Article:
I have heard of the method before but not used in the shops I worked, oil testing to help determine ring or cylinder wear was common, shop air was moisture filtered to avoid tool damage. 2 near equally low compression numbers on side by side cylinders led me to my thought along with all you testing. Only getting the head off will tell for sure. I’m in my 60’s so maybe that’s why i heard of it., lol.
Add: By the way that is one clean looking motor, what a pleasure it would have been to work on such.
It may just be a very old school thing.
The winner is @anon13011326 The head gasket is blown between number 1 and 2 cylinders.
I do believe there is still a very strong possibility of carbon build up on the valve faces judging by the amount of carbon deposits on the head and the top of the pistons.
Next step is to get the tractor split apart and get to the clutch. There is no question it needs a new one but there are 2 different ones and splitting the tractor apart and counting the splines of the PTO clutch disk is the only sure way to get the right one.
The engine hoist will be used to hold up the back of the engine allowing the engine and front axle assembly to be rolled away from the back half of the tractor.
More to come on this project as I move along.
I’m sure you will at least clean them up and lap them, no burnt valve that I can see which is good.
Yes Sir cleaning the head and block as well and checking with a straight edge and feeler gauges for any signs of warping.
No signs of a burnt valve at all but they will get hand lapped for sure.
No short cuts on this project as it is way more work than I want to do a second time to pull this all back apart.
I use this tractor a lot in maintaining our property so I want it back to 100% or as close as I can get it.
I have not been able to figure out why it runs so rich yet. It has been doing that for about a year now. I worked on diesels all my life so carburetors are not my specialty.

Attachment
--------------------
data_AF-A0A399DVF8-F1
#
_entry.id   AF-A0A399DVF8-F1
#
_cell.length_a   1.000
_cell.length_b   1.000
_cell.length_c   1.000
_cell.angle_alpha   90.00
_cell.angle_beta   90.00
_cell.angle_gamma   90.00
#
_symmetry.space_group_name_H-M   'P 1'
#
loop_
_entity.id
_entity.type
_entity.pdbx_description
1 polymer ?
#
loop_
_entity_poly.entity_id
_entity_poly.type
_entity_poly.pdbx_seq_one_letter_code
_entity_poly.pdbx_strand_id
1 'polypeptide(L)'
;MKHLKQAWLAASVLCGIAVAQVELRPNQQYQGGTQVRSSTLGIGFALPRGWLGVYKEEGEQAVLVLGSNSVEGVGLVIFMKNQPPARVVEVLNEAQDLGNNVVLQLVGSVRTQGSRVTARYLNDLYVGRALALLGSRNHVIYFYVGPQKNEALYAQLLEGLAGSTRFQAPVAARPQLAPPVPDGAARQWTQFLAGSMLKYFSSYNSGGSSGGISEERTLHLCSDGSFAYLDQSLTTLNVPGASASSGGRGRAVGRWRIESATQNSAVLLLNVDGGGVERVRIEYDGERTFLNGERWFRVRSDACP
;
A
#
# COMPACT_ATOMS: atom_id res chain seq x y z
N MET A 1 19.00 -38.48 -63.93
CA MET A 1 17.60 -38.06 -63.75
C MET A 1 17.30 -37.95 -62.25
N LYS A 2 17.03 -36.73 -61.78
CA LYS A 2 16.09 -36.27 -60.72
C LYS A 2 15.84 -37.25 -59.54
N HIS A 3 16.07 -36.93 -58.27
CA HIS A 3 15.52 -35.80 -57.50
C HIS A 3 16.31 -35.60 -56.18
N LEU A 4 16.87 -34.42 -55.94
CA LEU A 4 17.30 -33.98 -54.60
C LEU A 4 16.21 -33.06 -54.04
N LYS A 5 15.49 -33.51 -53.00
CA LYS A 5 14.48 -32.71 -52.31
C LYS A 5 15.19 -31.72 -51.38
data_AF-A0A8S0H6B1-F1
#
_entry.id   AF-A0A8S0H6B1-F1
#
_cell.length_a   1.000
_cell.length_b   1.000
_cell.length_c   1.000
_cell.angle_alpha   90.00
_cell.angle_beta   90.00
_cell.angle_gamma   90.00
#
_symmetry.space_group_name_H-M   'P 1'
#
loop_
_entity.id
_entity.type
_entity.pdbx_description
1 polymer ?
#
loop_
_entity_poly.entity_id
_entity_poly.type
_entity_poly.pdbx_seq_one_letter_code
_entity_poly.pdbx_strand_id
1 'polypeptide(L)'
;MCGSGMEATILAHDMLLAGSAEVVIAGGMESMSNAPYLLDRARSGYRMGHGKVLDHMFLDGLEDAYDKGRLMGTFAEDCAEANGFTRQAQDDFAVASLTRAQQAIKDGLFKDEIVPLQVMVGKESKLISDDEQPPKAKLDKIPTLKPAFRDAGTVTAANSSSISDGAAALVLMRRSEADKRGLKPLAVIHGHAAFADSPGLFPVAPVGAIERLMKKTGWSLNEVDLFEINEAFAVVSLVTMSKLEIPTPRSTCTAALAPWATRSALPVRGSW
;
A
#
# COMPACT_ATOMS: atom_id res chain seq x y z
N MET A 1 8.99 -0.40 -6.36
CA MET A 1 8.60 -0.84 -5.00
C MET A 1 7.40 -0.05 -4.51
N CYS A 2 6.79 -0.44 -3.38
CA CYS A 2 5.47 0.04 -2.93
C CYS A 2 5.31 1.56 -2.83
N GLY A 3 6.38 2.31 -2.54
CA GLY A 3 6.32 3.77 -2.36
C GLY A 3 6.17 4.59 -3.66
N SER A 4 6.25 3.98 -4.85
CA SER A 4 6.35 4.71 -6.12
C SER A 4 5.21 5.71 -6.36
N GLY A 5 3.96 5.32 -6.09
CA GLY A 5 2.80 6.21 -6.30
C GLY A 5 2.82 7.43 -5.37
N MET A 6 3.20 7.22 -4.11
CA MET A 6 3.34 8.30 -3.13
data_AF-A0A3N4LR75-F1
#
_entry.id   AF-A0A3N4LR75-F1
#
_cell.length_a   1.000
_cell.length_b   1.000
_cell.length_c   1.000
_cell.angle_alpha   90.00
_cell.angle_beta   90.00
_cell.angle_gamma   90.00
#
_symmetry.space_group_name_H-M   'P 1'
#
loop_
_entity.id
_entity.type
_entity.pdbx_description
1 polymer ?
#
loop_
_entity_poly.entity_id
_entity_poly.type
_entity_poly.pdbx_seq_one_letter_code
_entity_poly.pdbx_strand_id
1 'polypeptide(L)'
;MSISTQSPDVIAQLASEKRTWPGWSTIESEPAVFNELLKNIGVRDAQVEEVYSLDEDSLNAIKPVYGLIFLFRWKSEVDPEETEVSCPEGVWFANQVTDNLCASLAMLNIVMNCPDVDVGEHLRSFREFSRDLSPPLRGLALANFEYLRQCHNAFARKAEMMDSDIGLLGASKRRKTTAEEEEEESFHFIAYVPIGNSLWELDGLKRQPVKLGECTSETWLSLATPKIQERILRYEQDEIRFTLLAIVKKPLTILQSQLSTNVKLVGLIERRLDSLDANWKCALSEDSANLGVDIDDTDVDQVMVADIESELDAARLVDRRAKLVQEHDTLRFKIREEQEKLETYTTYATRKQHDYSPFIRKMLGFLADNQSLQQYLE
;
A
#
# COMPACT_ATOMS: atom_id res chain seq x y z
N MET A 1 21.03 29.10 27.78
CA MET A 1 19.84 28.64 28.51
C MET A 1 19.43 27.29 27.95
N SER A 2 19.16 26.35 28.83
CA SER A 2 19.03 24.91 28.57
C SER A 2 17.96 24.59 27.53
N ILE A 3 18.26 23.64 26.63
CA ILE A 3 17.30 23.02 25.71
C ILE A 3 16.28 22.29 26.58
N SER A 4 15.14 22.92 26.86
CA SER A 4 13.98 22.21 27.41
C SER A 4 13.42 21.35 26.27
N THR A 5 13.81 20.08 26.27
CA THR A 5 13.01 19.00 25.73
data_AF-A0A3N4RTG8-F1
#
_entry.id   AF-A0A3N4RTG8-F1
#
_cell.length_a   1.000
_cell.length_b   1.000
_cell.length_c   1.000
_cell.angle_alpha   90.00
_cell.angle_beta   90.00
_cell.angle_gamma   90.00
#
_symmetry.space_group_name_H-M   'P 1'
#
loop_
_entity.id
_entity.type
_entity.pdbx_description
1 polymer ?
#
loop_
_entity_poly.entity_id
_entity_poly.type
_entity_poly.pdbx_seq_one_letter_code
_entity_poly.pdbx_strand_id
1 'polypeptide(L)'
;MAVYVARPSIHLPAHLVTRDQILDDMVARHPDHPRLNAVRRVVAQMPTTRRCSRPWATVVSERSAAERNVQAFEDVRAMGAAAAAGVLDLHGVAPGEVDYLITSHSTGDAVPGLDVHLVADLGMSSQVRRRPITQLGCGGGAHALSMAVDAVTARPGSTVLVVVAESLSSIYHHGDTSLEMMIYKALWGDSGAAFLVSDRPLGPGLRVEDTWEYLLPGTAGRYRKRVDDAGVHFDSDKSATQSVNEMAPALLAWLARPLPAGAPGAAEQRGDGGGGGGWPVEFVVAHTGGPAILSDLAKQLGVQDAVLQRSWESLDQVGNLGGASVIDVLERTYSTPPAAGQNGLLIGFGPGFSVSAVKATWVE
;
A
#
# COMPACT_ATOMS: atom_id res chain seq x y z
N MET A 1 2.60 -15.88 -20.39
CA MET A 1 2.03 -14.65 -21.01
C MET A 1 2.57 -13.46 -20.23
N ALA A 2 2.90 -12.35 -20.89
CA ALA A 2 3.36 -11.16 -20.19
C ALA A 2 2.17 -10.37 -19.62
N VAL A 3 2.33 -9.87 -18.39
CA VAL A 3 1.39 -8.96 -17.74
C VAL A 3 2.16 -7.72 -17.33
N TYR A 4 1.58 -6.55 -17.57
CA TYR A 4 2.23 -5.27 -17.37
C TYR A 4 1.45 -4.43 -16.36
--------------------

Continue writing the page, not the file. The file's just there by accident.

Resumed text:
I have a friend who is much better on old gas powered farm equipment than I am and he will be trying to figure that issue out when I get it all back together.
If anyone has any suggestions I am all ears.
Yeah, jet adjustment can often be a pain (especially if you cover long distances with changes in altitude and humidity). Fortunately you only have to contend with changes in season where a tractor’s concerned…
One of the most bitched about carbs was the old Pontiac Quadrajet. But I swear, once you got it dialed in, it was better than a Holley! (But Holley’s were so much easier to tune for most.)
The floats on the fergies can leak or a blocked float chamber air vent maybe
More commonly referred to as the Quadrapuke by many. LOL But you are right when they worked they worked well. If this had a Holley or Edelbrock I would be OK.
I have only had very limited experience with the up draft carbs found on most antique farm equipment.
Thanks for the tip. I have to say this tractor has been good to me. I got it back in 2007 and other than the obvious points, plugs and such I have done absolutely nothing to it. I do regular oil changes and I clean dust out of the air filter and radiator after every use when I am mowing grass with it.
Last year I noticed it begin to run rich during the mowing season. I figured it was just time for a new air filter but that did not help. I was super busy and just went to using it as little as I possibly could. I needed to scrape my driveway at the end of winter this year and that is when the misfire and loss of power began.
The clutch had been losing pedal for awhile but it had never started slipping. What happened was it started not disengaging when you pushed the clutch pedal in. That can be a very dangerous situation because even running rough this thing will climb a brick wall before it stalls the engine. The last thing I wanted to do was be going up a hill and the front end come up and over on me before the clutch would disengage.
One way or another it will all get fixed very soon, mowing season has arrived and it is once again time for it to get a good workout.
I posted previously about this guy and his 1927 Elcar project. He just posted an update and is planning to take it to a car show for the first time.